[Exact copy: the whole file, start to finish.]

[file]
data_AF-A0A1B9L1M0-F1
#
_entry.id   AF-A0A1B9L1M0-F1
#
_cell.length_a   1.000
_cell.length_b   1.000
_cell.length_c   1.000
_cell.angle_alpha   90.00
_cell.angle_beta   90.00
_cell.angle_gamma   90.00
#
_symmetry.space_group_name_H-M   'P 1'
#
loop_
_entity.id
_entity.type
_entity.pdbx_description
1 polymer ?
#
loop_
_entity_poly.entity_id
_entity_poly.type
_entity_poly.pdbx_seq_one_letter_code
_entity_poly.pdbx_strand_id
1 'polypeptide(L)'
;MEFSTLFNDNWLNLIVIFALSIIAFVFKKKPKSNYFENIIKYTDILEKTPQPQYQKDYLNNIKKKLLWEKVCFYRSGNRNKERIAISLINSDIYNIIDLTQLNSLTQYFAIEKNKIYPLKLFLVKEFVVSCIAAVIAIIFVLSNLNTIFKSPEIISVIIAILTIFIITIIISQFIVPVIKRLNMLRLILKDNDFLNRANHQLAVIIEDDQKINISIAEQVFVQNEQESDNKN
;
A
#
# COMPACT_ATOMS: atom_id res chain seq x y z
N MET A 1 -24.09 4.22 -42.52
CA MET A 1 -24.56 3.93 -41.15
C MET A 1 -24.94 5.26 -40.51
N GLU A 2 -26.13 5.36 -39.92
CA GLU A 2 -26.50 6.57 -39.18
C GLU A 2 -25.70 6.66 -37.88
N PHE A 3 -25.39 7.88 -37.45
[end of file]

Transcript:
data_AF-A0A1B9L1M0-F1
#
_entry.id   AF-A0A1B9L1M0-F1
#
_cell.length_a   1.000
_cell.length_b   1.000
_cell.length_c   1.000
_cell.angle_alpha   90.00
_cell.angle_beta   90.00
_cell.angle_gamma   90.00
#
_symmetry.space_group_name_H-M   'P 1'
#
loop_
_entity.id
_entity.type
_entity.pdbx_description
1 polymer ?
#
loop_
_entity_poly.entity_id
_entity_poly.type
_entity_poly.pdbx_seq_one_letter_code
_entity_poly.pdbx_strand_id
1 'polypeptide(L)'
;MEFSTLFNDNWLNLIVIFALSIIAFVFKKKPKSNYFENIIKYTDILEKTPQPQYQKDYLNNIKKKLLWEKVCFYRSGNRNKERIAISLINSDIYNIIDLTQLNSLTQYFAIEKNKIYPLKLFLVKEFVVSCIAAVIAIIFVLSNLNTIFKSPEIISVIIAILTIFIITIIISQFIVPVIKRLNMLRLILKDNDFLNRANHQLAVIIEDDQKINISIAEQVFVQNEQESDNKN
;
A
#
# COMPACT_ATOMS: atom_id res chain seq x y z
N MET A 1 -24.09 4.22 -42.52
CA MET A 1 -24.56 3.93 -41.15
C MET A 1 -24.94 5.26 -40.51
N GLU A 2 -26.13 5.36 -39.92
CA GLU A 2 -26.50 6.57 -39.18
C GLU A 2 -25.70 6.66 -37.88
N PHE A 3 -25.39 7.88 -37.45